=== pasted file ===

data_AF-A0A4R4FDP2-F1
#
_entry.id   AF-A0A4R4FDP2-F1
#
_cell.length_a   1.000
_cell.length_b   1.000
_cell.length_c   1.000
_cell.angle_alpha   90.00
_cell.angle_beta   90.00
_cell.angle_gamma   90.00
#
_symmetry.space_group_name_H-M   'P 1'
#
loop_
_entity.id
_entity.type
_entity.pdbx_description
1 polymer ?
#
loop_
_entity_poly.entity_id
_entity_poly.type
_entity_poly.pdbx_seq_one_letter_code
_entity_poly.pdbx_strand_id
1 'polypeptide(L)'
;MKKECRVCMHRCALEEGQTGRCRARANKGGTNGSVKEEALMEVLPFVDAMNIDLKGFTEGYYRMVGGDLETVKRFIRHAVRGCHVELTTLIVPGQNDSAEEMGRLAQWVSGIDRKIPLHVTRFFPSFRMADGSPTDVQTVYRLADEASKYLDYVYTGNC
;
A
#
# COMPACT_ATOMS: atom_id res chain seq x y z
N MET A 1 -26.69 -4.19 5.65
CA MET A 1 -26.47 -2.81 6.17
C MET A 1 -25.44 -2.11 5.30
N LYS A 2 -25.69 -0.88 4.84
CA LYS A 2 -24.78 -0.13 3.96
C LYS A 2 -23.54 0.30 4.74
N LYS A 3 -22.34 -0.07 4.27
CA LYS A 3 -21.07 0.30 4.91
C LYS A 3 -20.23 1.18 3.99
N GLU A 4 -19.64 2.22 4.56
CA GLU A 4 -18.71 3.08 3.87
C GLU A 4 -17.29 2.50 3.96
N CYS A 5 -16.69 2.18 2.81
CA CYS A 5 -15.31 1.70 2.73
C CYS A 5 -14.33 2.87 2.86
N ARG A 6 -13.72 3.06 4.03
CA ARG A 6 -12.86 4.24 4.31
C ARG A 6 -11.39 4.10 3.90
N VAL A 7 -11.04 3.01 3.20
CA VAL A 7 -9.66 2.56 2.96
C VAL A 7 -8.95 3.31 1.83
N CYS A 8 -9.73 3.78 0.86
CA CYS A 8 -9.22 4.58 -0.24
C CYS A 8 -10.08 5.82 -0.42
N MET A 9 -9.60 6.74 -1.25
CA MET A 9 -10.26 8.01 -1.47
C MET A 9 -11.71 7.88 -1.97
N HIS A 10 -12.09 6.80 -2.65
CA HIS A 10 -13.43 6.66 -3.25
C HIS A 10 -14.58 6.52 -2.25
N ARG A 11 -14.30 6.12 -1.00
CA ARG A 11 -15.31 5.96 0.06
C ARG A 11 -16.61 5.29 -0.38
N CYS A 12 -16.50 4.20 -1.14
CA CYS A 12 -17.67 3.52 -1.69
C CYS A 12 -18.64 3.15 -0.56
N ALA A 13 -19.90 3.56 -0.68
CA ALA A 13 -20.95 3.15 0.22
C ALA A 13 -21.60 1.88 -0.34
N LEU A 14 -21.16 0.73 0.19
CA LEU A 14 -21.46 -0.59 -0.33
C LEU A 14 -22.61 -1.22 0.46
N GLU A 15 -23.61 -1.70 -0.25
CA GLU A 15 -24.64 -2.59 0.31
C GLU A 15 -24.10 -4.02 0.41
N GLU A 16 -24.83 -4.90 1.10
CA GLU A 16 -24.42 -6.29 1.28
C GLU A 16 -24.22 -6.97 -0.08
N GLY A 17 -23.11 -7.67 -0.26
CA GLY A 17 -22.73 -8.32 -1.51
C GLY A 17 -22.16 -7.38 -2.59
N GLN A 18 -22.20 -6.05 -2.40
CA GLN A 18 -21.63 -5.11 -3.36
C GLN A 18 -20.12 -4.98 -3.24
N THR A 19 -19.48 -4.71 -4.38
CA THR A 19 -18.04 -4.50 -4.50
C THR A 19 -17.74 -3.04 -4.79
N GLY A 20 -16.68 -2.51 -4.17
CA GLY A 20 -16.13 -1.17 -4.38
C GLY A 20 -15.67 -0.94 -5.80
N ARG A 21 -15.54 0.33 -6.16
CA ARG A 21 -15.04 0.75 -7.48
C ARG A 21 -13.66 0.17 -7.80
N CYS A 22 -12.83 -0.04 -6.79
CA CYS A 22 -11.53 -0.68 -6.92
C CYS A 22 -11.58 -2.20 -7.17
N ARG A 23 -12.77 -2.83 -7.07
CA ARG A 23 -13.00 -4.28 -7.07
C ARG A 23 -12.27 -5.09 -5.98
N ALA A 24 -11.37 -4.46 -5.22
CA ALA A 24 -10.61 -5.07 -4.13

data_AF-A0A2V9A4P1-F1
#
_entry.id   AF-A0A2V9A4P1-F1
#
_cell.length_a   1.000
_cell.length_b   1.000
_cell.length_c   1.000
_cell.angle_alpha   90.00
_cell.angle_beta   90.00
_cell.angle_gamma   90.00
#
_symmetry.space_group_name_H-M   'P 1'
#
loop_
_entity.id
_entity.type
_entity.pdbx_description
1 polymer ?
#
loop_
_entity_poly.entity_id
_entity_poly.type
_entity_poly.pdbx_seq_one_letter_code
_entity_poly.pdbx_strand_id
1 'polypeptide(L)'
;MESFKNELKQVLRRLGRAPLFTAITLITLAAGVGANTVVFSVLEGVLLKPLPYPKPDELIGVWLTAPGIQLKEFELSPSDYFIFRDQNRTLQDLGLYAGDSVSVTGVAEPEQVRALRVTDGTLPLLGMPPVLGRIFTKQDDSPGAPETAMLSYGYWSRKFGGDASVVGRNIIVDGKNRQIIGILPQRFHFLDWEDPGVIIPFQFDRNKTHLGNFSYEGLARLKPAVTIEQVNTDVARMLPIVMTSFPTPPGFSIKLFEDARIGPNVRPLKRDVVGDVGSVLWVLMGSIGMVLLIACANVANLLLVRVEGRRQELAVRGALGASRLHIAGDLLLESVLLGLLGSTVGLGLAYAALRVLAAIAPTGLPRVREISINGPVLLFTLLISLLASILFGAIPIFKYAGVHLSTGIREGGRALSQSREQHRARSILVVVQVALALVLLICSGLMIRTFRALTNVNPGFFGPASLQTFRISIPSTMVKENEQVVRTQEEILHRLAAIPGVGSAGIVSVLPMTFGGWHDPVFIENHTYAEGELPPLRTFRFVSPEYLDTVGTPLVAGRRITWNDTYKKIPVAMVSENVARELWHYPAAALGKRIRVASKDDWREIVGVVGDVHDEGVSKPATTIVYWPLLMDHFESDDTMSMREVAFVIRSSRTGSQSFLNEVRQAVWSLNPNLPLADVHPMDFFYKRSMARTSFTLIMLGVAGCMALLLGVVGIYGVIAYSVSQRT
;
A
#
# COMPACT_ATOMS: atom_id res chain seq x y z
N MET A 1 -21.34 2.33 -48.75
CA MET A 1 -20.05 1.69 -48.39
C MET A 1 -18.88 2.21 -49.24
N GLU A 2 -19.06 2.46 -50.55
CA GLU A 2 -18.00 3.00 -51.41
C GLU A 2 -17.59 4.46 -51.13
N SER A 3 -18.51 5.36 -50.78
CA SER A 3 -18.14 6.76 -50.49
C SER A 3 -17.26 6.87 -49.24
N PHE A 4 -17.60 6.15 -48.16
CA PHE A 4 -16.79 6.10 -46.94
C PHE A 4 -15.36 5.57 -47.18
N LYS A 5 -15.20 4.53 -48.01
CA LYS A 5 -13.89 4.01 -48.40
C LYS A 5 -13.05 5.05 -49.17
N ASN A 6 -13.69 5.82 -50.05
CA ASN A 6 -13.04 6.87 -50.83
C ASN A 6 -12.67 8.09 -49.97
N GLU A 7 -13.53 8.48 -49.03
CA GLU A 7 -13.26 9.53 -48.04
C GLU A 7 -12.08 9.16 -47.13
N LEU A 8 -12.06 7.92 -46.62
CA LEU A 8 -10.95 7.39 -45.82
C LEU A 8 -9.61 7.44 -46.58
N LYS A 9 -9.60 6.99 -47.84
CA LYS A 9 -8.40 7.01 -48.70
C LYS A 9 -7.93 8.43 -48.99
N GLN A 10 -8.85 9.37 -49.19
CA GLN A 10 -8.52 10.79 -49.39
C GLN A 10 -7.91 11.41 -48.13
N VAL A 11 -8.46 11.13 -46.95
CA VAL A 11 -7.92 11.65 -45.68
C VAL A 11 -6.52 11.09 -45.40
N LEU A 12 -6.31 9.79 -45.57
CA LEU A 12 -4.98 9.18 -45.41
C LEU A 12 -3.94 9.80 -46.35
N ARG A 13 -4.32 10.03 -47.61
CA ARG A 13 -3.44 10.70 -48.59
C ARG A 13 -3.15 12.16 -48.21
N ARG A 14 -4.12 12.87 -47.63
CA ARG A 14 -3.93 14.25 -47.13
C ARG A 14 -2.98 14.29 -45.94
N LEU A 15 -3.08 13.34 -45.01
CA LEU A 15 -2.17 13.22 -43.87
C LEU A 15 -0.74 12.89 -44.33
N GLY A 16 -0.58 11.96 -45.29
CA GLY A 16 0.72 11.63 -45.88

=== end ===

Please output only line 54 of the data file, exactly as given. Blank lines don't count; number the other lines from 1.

C CYS A 8 -10.08 5.82 -0.42